Mathematician:Johann Peter Gustav Lejeune Dirichlet
Full name: Johann Peter Gustav Lejeune Dirichlet.
German mathematician who worked mainly in the field of analysis.
Credited with the first formal definition of a function.
German, although born in what was then part of the French empire.
- Born: 13 Feb 1805, Düren, French Empire (now Germany)
- 1855: Succeeded Gauss in professorship at Göttingen.
- Died: 5 May 1859, Göttingen, Hanover (now Germany)
Theorems and Definitions
- Theorems named Dirichlet's Theorem:
- Dirichlet's Approximation Theorem (Diophantine Equations)
- Dirichlet's Theorem on Arithmetic Progressions (Number Theory, specifically prime numbers)
- Dirichlet's Unit Theorem (Algebraic Number Theory and Ring Theory)
- Dirichlet's Theorem for 1-Dimensional Fourier Series, also known as Fourier's Theorem, for Joseph Fourier
- Dirichlet Tessellation (also known as a Voronoi Diagram) and hence:
- Dirichlet Character in Number Theory, specifically:
- Dirichlet Conditions (for Fourier Series)
- Dirichlet Convolution (Number Theory and Arithmetic Functions)
- Dirichlet Density (Number Theory)
- Dirichlet Distribution (Probability Theory)
- Dirichlet Form
- Dirichlet Kernel (Functional Analysis, Fourier Series)
- Dirichlet Problem (Partial Differential Equations)
- Dirichlet Stability Criterion (Dynamical Systems Theory)
- Dirichlet's Test for Uniform Convergence (Analysis)
- Dirichlet Boundary Condition (Differential Equations)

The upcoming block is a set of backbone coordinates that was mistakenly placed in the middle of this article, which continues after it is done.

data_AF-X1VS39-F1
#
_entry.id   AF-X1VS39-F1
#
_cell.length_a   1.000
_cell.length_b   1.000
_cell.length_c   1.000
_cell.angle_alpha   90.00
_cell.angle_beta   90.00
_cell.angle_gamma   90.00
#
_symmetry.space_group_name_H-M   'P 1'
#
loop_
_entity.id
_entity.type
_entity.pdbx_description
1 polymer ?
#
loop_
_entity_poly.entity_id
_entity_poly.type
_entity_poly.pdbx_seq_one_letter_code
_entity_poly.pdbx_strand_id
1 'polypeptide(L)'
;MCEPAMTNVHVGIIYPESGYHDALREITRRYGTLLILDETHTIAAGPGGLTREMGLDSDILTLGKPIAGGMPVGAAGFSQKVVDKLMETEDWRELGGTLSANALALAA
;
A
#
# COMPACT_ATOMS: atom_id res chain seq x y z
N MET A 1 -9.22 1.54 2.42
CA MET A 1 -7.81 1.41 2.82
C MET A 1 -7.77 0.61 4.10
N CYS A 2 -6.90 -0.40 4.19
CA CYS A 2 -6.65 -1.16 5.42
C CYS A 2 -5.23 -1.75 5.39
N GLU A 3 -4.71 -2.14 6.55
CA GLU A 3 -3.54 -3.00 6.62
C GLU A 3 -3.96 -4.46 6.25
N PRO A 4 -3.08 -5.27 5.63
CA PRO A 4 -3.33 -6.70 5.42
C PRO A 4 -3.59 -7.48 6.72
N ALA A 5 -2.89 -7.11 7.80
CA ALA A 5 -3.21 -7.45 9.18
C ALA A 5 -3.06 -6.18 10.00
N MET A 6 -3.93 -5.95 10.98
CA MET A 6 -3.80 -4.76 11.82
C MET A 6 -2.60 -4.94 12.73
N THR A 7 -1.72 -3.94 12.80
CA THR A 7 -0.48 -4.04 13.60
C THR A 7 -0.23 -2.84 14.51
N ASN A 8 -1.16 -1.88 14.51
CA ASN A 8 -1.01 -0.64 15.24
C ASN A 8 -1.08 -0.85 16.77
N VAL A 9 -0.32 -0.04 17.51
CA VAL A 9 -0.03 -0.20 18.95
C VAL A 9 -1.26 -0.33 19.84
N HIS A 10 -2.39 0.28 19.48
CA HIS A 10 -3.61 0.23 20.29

- Dirichlet Function (Topology)
- Pigeonhole Principle (also known as Dirichlet's Box (or Drawer) Principle (Combinatorics)
- Dirichlet Divisor Problem (currently unsolved) (Number Theory)
- Dirichlet Eta Function (Number Theory)
- Latent Dirichlet Allocation (Statistics)
- Class Number Formula (Analysis)
- Dirichlet Integral (Integral Calculus)
- Dirichlet's Principle (Harmonic Functions) (Mathematical Physics)
Results named for Johann Peter Gustav Lejeune Dirichlet can be found here.
Definitions of concepts named for Johann Peter Gustav Lejeune Dirichlet can be found here.
Books and Papers
- The story was told that young Dirichlet had as a constant companion on all his travels, like a devout man with his prayer book, an old, worn copy of the Disquisitiones Arithmeticae of Gauss.
- Dirichlet was not satisfied to study Gauss's Disquisitiones once or several times, but continued throughout his life to keep in close touch with the wealth of deep mathematical thoughts which it contains by perusing it again and again. For this reason the book was never put on the shelf but had an abiding place on the table at which he worked. Dirichlet was the first one who not only fully understood this work, but also made it accessible to others.
Also known as
Some sources refer to him as Peter Dirichlet.
- John J. O'Connor and Edmund F. Robertson: "Johann Peter Gustav Lejeune Dirichlet": MacTutor History of Mathematics archive